When Dr. Timothy Kauffman began volunteering with HVO’s rehabilitation project in Paramaribo, Suriname shortly after it launched in 1999, there were few practicing physical therapists in the country. Before the start of the HVO project, students all trained in the Netherlands, and most decided to return there to practice. Dr. Kauffman met Mr. Frits Hunsel, a Surinamese physical therapist living in the United States, at the APTA meeting in 1999. After learning about Dr. Kauffman’s expertise in geriatrics, he asked if Dr. Kauffman would teach in Suriname. Mr. Hunsel introduced Dr. Kauffman to Tony Chang, PT, director of the physical therapy program at Anton de Kom, who became instrumental in coordinating the HVO project. Together, they worked to identify HVO volunteers with the appropriate skills and knowledge to meet the educational needs of trainees.
The HVO rehabilitation project in Suriname concluded in 2015 because the department was thriving. Volunteers had helped develop a working curriculum and master’s degree program, physical therapists were getting advanced degrees, and retention rates had climbed. There was enough staff capable of teaching and a strong system in place for support.
Dr. Kauffman recently reached out to some of his colleagues for news on how they and the program at Anton de Kom University in Paramaribo have been doing. Several of the physical therapists he worked with have attained doctorates, published research, and are seeing many of their trainees remain in Suriname to practice.
Dr. Chang earned his PhD in geriatrics from a university in the Netherlands. He said it was Dr. Kauffman’s training in geriatrics that had motivated him to take this next step in his education. He was a featured speaker at an international conference in Geneva on international development in 2019.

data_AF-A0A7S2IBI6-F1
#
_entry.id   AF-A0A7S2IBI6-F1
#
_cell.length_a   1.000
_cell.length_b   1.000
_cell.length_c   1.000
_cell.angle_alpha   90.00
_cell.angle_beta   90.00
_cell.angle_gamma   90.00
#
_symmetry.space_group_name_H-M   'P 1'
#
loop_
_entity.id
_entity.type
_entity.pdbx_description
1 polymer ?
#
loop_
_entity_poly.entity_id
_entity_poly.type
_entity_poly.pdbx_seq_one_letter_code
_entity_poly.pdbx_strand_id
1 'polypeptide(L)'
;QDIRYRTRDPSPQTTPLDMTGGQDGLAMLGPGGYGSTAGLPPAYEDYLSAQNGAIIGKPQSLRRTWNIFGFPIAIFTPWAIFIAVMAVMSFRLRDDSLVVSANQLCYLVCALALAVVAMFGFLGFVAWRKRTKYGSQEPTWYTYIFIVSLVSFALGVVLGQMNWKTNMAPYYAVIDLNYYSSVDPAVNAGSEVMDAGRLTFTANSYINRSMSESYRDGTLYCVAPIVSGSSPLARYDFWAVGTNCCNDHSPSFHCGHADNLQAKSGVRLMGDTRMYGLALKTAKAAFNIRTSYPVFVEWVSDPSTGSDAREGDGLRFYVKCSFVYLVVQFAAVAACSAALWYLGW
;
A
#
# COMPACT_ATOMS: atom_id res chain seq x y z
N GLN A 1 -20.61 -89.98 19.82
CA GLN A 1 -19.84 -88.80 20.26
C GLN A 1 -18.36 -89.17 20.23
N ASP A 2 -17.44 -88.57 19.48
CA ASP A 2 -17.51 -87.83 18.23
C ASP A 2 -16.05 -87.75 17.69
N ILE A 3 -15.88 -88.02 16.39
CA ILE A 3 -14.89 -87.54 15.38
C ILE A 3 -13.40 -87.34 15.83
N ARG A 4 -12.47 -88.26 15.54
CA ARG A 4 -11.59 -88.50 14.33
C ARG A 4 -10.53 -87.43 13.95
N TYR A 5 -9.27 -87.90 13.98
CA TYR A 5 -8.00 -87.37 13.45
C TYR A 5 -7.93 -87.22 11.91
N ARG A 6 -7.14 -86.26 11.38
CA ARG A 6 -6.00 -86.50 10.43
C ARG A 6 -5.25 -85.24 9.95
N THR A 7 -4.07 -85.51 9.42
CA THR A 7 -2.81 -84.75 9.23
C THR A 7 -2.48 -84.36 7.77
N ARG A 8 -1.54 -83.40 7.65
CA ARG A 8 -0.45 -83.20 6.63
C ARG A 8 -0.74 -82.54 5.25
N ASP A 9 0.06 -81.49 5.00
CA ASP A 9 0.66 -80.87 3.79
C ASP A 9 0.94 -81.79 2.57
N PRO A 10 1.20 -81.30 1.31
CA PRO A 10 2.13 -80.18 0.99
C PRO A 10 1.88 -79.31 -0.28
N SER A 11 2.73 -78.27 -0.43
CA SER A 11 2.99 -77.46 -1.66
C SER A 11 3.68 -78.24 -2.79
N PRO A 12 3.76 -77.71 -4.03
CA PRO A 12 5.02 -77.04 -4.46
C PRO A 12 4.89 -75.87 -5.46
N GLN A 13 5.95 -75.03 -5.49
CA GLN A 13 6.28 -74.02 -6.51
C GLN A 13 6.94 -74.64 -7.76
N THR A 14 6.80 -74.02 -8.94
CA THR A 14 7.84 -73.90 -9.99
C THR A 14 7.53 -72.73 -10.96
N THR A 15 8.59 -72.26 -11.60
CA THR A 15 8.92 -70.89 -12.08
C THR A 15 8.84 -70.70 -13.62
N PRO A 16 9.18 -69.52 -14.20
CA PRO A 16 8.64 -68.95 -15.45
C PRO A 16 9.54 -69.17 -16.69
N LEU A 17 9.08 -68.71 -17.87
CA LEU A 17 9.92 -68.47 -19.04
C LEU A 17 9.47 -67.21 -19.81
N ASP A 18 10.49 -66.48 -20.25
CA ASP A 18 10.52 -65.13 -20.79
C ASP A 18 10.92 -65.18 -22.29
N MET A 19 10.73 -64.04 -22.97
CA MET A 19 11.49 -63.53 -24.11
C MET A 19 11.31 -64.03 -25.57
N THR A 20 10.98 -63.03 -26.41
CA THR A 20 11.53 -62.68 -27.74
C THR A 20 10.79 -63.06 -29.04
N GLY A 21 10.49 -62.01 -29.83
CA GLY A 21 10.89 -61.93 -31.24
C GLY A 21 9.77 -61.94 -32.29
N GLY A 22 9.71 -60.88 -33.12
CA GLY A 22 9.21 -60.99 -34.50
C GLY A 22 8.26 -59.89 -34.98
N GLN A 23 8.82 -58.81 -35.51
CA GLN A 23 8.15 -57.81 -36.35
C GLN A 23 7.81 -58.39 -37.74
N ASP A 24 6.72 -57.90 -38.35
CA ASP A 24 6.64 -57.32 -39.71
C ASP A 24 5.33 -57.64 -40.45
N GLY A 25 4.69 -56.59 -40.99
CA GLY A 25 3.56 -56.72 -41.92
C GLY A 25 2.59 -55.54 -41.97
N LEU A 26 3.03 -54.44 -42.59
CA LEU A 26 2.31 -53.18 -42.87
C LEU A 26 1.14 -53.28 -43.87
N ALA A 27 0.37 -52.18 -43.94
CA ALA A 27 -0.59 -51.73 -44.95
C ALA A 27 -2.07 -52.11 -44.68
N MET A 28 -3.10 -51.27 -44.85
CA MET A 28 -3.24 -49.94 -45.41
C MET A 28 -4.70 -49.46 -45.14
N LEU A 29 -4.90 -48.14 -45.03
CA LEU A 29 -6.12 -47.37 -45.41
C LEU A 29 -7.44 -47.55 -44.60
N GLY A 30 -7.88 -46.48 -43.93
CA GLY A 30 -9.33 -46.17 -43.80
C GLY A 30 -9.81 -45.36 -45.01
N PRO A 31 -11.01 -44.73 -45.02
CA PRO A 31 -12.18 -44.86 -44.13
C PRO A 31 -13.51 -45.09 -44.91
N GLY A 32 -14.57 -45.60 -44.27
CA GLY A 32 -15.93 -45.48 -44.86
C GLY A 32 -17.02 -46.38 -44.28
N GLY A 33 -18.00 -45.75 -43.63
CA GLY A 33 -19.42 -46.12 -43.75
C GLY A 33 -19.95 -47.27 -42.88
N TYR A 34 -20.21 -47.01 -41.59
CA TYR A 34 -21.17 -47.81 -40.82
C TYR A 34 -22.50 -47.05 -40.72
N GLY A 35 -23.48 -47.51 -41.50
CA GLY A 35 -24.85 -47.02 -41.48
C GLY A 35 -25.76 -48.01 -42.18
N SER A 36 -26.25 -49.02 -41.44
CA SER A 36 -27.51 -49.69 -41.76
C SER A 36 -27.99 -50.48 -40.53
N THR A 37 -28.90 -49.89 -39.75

Another colleague Dr. Kauffman worked with, Nancy Ho-A-Tham, went on to earn a doctorate in Belgium. She is continuing with remote learning after returning to Suriname to practice. She has published her research, including a paper on females in Suriname with chronic lower back pain.
Se-Sergio Baldew, the physical therapy program director at Anton de Kom University in Paramaribo, says that of the eighty graduates of the physical therapy program since 2003, most have stayed to practice in Suriname. Dr. Baldew recently published research on the measurement of physical activity and sedentary behavior in national health surveys in South America.
Dr. Kauffman is still an active volunteer, and recently presented two online lectures on “Pain Management for Ageing Persons” as part of HVO’s project in Nepal.
Dr. Chang shared some of his memories of the partnership, including a tale of one of HVO’s very first virtual volunteer experiences, now commonplace, but at the time very unusual:
“One of the unforgettable and remarkable moments is when it turned out that HVO volunteer Dr. Diane Madras could not travel to Suriname. In a time when communication was only possible by phone and e-mail, no WhatsApp and Zoom yet, this was a challenge to find a solution in the short-term. Internet and Wi-Fi were not yet fully accessible and reliable. In the evening by phone I introduced, instructed, and taught Diane how to use Skype. Skype was only recently introduced and not yet well known. After having practiced a few times, we dared to implement this with the students. As long as the students were busy with the online classes with Diane, the Internet was not accessible for 3 hours for the entire faculty for a few weeks (3 times a week). The image was enlarged on a screen with a beamer and the sound was amplified with an amplifier. This was so unique for Suriname, that we made the local news as the first ‘distant education class’ in Suriname. Nowadays programs such as FaceTime, WhatsApp, Zoom, Meet, Teams etc. and streamline of meetings are normal and can be conducted and even recorded.”
Online education has certainly come a long way. Now, HVO has dozens of virtual projects around the world with multiple ways for partners and volunteers to engage and share resources. HVO volunteers and partners have always found innovative ways to share their knowledge and support each other. This dedication to improving education had long-term effects on rehabilitation training and practice in Suriname. Dr. Chang also shared his view on the influence of the HVO partnership with Anton De Kom University:
“In the end, this project has resulted in a cadre of physiotherapists, among which some are also scientists at PhD level. These physiotherapists are at a level that they deliver presentations at world congresses and publications in peer-reviewed journals…The current faculty consists now of dedicated physiotherapists, who were all trained at our program. They know all HVO volunteers because they once received education from them. [To go from] 9 PTs in 1995 [to] more than 75 PTs in 2023 working in Suriname, almost all of them having graduated in Suriname, is a success story.”
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